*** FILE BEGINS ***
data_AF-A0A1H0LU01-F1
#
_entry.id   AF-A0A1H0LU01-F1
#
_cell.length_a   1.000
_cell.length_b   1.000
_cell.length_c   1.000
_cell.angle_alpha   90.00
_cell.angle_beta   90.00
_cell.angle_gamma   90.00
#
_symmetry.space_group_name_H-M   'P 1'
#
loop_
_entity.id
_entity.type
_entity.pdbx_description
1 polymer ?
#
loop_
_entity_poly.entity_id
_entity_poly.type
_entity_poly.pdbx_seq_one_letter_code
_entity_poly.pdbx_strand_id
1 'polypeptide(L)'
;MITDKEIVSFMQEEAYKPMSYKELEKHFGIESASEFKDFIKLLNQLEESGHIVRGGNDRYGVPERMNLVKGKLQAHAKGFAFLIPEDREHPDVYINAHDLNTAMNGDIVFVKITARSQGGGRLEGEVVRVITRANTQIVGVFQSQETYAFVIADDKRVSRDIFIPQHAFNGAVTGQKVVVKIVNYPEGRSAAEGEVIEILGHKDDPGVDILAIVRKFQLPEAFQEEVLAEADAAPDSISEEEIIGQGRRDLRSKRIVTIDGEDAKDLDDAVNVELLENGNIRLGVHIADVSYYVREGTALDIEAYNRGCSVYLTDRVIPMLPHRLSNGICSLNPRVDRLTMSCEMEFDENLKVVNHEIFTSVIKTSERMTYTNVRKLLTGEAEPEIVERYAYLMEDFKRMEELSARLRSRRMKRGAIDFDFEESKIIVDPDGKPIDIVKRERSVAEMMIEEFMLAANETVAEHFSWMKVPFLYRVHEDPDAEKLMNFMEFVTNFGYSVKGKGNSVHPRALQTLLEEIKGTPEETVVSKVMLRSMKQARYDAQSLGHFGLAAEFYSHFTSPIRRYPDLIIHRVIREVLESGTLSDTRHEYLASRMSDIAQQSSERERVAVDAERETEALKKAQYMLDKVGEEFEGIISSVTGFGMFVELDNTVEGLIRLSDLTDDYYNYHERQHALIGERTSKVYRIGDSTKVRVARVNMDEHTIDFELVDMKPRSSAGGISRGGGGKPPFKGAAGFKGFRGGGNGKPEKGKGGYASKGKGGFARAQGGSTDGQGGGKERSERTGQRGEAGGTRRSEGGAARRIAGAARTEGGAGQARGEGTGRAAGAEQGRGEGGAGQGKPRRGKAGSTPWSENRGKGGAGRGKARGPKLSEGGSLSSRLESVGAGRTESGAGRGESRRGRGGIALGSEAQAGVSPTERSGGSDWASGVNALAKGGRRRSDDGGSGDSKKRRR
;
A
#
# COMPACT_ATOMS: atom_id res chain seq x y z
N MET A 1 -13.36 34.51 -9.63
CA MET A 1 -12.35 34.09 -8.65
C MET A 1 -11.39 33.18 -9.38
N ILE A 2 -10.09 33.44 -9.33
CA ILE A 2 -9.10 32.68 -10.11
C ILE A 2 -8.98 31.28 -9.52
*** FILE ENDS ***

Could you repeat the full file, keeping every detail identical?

data_AF-A0A1H0LU01-F1
#
_entry.id   AF-A0A1H0LU01-F1
#
_cell.length_a   1.000
_cell.length_b   1.000
_cell.length_c   1.000
_cell.angle_alpha   90.00
_cell.angle_beta   90.00
_cell.angle_gamma   90.00
#
_symmetry.space_group_name_H-M   'P 1'
#
loop_
_entity.id
_entity.type
_entity.pdbx_description
1 polymer ?
#
loop_
_entity_poly.entity_id
_entity_poly.type
_entity_poly.pdbx_seq_one_letter_code
_entity_poly.pdbx_strand_id
1 'polypeptide(L)'
;MITDKEIVSFMQEEAYKPMSYKELEKHFGIESASEFKDFIKLLNQLEESGHIVRGGNDRYGVPERMNLVKGKLQAHAKGFAFLIPEDREHPDVYINAHDLNTAMNGDIVFVKITARSQGGGRLEGEVVRVITRANTQIVGVFQSQETYAFVIADDKRVSRDIFIPQHAFNGAVTGQKVVVKIVNYPEGRSAAEGEVIEILGHKDDPGVDILAIVRKFQLPEAFQEEVLAEADAAPDSISEEEIIGQGRRDLRSKRIVTIDGEDAKDLDDAVNVELLENGNIRLGVHIADVSYYVREGTALDIEAYNRGCSVYLTDRVIPMLPHRLSNGICSLNPRVDRLTMSCEMEFDENLKVVNHEIFTSVIKTSERMTYTNVRKLLTGEAEPEIVERYAYLMEDFKRMEELSARLRSRRMKRGAIDFDFEESKIIVDPDGKPIDIVKRERSVAEMMIEEFMLAANETVAEHFSWMKVPFLYRVHEDPDAEKLMNFMEFVTNFGYSVKGKGNSVHPRALQTLLEEIKGTPEETVVSKVMLRSMKQARYDAQSLGHFGLAAEFYSHFTSPIRRYPDLIIHRVIREVLESGTLSDTRHEYLASRMSDIAQQSSERERVAVDAERETEALKKAQYMLDKVGEEFEGIISSVTGFGMFVELDNTVEGLIRLSDLTDDYYNYHERQHALIGERTSKVYRIGDSTKVRVARVNMDEHTIDFELVDMKPRSSAGGISRGGGGKPPFKGAAGFKGFRGGGNGKPEKGKGGYASKGKGGFARAQGGSTDGQGGGKERSERTGQRGEAGGTRRSEGGAARRIAGAARTEGGAGQARGEGTGRAAGAEQGRGEGGAGQGKPRRGKAGSTPWSENRGKGGAGRGKARGPKLSEGGSLSSRLESVGAGRTESGAGRGESRRGRGGIALGSEAQAGVSPTERSGGSDWASGVNALAKGGRRRSDDGGSGDSKKRRR
;
A
#
# COMPACT_ATOMS: atom_id res chain seq x y z
N MET A 1 -13.36 34.51 -9.63
CA MET A 1 -12.35 34.09 -8.65
C MET A 1 -11.39 33.18 -9.38
N ILE A 2 -10.09 33.44 -9.33
CA ILE A 2 -9.10 32.68 -10.11
C ILE A 2 -8.98 31.28 -9.52